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Title WEX21C
Work experience as an education and training strategy: New approaches for the 21st century
Aspect
Concept Trends Findings Practice Challenge
Synopsis  Studies of work experience have perpetuated the idea that the work contexts within which work experience takes place are stable, unchanging, transparent environments in which students can easily learn and develop. The project has therefore addressed the concept of ‘context’ as the starting point for considering learning through work experience, arguing that any analysis of work experience should take account of, first, different types of context (eg, education and work – whether knowledge ‘rich’ or ‘poor’), different strategies within contexts and the influence of context on the process of learning; second, the extent to which students have to learn how to ‘negotiate’ their learning during work experience; and, third, the extent to which students must be supported to relate formal and informal learning, given that knowledge is unevenly distributed in workplaces. 

On the basis of this analysis a typology of five models (described as traditional, experiential, generic, work process and connective) of work experience has been developed. The connective model may provide the basis for a more productive and useful relationship between formal and informal learning since it addresses how work experience can enable students to take explicit account of the learning which occurs within and between the different contexts of education and work. The term 'connectivity' defines the purpose of the pedagogic approach which would be required in order to take explicit account of the vertical and horizontal development of learners.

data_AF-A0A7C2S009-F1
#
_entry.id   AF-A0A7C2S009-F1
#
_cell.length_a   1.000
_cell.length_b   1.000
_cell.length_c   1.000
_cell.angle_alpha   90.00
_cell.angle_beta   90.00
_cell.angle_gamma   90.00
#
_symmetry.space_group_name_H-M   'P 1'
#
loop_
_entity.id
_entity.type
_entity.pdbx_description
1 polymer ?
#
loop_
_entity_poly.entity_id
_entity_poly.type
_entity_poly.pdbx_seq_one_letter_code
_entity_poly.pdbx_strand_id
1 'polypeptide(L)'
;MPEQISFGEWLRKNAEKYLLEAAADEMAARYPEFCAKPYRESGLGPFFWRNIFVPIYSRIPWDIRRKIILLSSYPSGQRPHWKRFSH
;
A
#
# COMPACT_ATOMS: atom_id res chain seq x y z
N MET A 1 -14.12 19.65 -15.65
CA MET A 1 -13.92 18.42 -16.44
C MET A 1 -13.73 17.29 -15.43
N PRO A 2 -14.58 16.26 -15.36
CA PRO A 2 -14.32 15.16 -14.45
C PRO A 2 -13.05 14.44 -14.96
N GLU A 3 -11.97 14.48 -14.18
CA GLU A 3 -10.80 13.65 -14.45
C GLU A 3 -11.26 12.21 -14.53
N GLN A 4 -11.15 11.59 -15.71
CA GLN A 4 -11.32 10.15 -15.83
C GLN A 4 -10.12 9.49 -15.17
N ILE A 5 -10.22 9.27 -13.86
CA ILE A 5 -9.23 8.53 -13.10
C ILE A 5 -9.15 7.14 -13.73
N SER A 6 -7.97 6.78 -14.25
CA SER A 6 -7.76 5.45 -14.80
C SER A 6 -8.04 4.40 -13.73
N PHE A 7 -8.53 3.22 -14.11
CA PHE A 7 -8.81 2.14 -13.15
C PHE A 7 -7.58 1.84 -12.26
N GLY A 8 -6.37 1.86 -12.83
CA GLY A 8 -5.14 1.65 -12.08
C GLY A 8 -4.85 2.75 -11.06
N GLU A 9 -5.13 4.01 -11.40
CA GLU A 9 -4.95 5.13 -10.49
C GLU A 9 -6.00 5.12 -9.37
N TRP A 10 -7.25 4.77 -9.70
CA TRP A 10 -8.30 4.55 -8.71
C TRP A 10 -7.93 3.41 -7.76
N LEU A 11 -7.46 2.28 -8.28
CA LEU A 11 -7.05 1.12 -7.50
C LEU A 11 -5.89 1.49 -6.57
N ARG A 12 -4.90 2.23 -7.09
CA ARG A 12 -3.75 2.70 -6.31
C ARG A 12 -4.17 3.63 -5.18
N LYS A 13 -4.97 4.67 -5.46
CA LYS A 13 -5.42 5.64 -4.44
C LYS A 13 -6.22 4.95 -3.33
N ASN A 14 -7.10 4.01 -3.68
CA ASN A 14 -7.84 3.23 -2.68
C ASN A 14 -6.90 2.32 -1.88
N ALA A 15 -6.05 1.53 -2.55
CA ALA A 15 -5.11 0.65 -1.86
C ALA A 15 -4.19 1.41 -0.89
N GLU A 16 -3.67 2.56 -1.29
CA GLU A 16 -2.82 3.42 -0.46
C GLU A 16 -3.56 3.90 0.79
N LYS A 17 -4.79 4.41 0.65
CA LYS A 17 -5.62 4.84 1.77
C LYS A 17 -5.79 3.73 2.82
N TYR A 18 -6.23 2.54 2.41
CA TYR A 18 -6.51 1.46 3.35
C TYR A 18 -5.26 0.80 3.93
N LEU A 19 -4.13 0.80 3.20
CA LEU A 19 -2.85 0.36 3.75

The ‘connective model’ is further associated with a new, analytical framework which explicitly provides a ‘situated’ perspective on the relationship between work experience, innovation and quality

The implications of this re-conceptualisation of work experience are evident in relation to the question of the ‘transfer of learning’. The concept of transfer has traditionally rested upon the idea that learning simply consists of acquiring knowledge and skill in one context (a workplace) and reapplying it in another (another workplace). The main problem with this conception of skill and transfer is that it neglects the influence of context, resources and people upon the process of learning. Once workplaces are viewed as ‘activity systems’, with their own divisions of labour, rules and procedures, it is possible to replace the notion of ‘transferability’ with the concept of ‘boundary crossing’. This reflects the recognition that students engage successfully in different tasks and in different contexts by demonstrating ‘polycontextual skills’ (Griffiths et al. 2001, pp. 4-6, 53). 

Reference The final project report (Griffiths et al. 2001) provides a detailed elaboration of conceptual issues related to work experience.
See also project info on WEX21C.
Descriptors D-WBL  EP09          E11a
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Editor: Sabine Manning  © WIFO